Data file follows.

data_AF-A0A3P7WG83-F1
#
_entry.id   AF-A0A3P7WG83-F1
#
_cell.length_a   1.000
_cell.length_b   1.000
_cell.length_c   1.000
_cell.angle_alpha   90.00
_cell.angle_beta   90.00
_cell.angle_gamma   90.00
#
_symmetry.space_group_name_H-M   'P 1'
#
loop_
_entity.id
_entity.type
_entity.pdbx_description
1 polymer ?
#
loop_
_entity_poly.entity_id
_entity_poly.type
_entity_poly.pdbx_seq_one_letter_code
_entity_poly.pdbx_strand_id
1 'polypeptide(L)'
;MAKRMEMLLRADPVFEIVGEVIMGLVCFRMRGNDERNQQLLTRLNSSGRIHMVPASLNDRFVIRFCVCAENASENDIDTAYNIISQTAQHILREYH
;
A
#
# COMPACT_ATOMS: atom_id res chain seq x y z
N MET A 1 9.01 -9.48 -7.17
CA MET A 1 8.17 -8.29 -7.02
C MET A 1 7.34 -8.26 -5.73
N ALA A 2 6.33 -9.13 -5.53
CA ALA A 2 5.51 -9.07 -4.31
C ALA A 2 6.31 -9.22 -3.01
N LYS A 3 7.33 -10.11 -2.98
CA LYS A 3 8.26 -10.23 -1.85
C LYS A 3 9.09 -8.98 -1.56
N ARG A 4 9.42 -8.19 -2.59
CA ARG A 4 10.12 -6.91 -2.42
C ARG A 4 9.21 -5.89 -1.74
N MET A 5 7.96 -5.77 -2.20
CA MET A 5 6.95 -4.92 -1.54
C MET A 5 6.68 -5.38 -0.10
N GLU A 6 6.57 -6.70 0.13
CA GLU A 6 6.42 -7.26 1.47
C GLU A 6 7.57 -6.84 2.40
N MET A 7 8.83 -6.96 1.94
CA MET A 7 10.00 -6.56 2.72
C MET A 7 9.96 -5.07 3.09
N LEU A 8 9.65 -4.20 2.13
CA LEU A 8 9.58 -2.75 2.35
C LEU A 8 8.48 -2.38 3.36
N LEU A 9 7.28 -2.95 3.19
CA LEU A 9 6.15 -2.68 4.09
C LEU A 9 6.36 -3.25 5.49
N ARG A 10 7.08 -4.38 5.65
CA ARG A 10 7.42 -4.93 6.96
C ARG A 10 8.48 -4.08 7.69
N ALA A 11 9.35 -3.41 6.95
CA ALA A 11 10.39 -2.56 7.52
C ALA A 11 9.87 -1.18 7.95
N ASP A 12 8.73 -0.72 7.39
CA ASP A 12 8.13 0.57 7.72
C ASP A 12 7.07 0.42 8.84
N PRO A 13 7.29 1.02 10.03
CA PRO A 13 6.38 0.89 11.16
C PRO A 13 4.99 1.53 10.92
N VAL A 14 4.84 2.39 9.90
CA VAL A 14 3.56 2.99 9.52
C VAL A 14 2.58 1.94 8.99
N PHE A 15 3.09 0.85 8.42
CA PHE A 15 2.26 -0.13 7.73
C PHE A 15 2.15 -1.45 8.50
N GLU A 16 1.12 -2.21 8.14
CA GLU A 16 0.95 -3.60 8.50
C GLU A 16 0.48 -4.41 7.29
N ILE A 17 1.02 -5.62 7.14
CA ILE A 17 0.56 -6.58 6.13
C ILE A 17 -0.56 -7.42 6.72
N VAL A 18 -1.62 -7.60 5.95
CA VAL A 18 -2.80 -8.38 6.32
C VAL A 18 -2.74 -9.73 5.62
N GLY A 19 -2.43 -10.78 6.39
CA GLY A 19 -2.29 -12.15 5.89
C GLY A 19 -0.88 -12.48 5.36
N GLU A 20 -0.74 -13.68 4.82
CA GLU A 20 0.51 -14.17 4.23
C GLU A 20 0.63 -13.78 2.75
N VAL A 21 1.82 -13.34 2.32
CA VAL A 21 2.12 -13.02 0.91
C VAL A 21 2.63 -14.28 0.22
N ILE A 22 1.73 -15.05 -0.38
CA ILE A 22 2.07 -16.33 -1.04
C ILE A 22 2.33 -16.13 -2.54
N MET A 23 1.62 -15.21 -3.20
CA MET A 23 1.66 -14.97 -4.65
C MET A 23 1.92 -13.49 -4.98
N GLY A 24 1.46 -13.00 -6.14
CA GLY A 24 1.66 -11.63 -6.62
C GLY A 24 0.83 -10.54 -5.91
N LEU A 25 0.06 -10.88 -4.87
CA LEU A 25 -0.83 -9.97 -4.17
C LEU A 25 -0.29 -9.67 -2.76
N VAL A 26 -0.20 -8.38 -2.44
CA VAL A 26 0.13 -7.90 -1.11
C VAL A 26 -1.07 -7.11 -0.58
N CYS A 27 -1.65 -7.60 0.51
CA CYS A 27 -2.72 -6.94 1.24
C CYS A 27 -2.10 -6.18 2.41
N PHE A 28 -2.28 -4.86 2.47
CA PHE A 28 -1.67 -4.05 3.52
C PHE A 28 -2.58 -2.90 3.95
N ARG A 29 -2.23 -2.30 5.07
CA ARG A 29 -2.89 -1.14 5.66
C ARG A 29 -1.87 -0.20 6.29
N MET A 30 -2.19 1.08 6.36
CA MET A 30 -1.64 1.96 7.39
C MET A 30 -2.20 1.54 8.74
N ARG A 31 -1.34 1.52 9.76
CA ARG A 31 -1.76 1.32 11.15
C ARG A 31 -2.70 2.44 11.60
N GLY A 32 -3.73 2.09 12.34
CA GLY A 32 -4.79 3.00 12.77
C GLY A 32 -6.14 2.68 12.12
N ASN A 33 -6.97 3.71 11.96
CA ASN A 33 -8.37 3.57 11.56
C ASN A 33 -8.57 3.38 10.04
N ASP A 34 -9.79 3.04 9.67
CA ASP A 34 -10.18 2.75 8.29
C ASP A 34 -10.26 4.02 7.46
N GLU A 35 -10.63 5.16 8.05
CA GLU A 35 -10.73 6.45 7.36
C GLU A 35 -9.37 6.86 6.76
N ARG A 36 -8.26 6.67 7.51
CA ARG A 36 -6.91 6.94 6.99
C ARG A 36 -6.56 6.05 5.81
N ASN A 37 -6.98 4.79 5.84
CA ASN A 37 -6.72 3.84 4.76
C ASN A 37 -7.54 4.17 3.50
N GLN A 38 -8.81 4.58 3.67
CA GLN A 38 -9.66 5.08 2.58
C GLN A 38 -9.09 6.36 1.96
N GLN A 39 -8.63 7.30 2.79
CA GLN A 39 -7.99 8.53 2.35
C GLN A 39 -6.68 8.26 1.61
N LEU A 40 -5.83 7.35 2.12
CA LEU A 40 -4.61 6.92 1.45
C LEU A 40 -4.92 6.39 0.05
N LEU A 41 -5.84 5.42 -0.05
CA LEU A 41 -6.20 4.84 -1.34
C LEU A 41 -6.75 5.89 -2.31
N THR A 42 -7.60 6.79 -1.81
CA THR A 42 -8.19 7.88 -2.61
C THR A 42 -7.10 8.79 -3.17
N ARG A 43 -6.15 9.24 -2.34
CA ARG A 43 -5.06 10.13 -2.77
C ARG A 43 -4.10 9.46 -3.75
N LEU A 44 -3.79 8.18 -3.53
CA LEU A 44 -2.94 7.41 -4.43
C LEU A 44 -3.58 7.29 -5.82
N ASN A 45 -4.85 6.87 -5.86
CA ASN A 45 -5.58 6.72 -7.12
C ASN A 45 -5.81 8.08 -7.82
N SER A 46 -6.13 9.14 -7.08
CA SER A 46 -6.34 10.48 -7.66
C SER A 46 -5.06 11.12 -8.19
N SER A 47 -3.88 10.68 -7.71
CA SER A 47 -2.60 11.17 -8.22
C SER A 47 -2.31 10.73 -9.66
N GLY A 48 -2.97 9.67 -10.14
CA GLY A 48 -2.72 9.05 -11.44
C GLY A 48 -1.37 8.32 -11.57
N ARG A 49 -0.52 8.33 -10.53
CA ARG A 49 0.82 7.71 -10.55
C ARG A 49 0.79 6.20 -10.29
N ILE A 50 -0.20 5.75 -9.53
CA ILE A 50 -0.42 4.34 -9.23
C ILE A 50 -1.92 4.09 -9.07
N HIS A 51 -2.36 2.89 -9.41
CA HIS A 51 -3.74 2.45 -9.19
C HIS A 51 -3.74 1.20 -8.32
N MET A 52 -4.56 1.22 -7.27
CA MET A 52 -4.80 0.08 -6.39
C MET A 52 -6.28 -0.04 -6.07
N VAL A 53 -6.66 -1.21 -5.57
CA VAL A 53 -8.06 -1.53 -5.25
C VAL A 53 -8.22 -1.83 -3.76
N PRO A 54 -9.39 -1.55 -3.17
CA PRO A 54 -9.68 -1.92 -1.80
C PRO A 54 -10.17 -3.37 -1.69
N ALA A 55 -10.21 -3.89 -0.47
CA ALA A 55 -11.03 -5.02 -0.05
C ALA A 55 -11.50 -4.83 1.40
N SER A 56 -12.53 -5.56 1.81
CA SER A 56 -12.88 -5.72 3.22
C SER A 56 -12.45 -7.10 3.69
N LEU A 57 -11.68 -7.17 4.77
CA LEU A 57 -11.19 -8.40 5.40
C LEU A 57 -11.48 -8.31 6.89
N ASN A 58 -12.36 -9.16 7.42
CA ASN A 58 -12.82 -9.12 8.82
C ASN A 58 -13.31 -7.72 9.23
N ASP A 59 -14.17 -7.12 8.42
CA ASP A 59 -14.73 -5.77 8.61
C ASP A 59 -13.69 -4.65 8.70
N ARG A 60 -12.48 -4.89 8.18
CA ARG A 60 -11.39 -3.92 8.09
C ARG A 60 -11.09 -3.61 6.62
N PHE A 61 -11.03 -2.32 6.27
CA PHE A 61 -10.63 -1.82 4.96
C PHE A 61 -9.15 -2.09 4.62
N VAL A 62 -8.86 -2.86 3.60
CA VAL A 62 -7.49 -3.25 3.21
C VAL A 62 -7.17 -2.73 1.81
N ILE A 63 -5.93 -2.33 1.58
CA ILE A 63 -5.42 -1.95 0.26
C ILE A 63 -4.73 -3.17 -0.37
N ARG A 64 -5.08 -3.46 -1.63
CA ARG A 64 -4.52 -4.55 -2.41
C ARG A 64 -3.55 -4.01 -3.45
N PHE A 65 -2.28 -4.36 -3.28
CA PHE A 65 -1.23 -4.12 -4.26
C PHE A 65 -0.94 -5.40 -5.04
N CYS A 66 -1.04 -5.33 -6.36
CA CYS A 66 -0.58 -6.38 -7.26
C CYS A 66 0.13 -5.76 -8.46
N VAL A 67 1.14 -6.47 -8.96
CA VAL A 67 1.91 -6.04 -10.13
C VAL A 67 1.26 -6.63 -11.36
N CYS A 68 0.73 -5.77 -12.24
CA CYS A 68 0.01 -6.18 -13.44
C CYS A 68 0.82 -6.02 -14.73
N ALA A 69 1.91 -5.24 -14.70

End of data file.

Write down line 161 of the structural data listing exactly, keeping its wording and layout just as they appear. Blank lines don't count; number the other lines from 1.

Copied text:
CA LEU A 44 -2.94 7.41 -4.43